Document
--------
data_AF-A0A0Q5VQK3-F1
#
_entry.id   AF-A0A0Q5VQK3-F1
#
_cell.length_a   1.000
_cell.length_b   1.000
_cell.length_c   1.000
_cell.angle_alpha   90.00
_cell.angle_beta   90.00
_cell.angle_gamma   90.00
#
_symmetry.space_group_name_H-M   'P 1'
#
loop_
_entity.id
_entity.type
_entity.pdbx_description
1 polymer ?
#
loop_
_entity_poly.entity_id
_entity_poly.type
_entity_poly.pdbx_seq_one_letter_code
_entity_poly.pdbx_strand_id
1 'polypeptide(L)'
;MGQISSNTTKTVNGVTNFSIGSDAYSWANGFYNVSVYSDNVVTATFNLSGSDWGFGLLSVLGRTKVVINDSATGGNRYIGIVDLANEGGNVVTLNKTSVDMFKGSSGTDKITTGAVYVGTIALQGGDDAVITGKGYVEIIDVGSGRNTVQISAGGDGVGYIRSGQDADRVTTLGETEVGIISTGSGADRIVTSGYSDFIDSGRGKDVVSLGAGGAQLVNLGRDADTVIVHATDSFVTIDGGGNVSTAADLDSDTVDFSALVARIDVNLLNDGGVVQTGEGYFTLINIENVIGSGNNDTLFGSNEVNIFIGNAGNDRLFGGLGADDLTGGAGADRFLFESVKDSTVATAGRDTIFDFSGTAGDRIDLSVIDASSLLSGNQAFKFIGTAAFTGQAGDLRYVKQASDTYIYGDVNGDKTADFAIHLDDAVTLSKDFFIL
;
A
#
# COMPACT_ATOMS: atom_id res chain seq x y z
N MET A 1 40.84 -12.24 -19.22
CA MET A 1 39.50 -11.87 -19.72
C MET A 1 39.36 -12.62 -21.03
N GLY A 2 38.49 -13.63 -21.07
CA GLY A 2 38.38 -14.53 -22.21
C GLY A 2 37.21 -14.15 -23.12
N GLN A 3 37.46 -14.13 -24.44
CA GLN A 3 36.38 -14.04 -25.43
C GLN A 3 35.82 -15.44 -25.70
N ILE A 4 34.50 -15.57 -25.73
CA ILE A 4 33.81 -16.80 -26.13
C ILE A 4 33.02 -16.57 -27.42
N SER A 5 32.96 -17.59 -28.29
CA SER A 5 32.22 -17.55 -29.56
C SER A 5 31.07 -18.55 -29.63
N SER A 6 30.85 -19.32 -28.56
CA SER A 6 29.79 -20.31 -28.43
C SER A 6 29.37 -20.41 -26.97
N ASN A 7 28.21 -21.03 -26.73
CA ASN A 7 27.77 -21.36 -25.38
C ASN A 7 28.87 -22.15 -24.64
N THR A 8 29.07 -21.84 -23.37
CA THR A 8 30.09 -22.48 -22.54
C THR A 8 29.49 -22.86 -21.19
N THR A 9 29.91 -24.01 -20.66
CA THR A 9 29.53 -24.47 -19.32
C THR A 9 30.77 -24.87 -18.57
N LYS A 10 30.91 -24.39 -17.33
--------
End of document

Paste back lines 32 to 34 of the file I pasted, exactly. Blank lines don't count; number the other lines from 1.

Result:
CA MET A 1 39.50 -11.87 -19.72
C MET A 1 39.36 -12.62 -21.03
N GLY A 2 38.49 -13.63 -21.07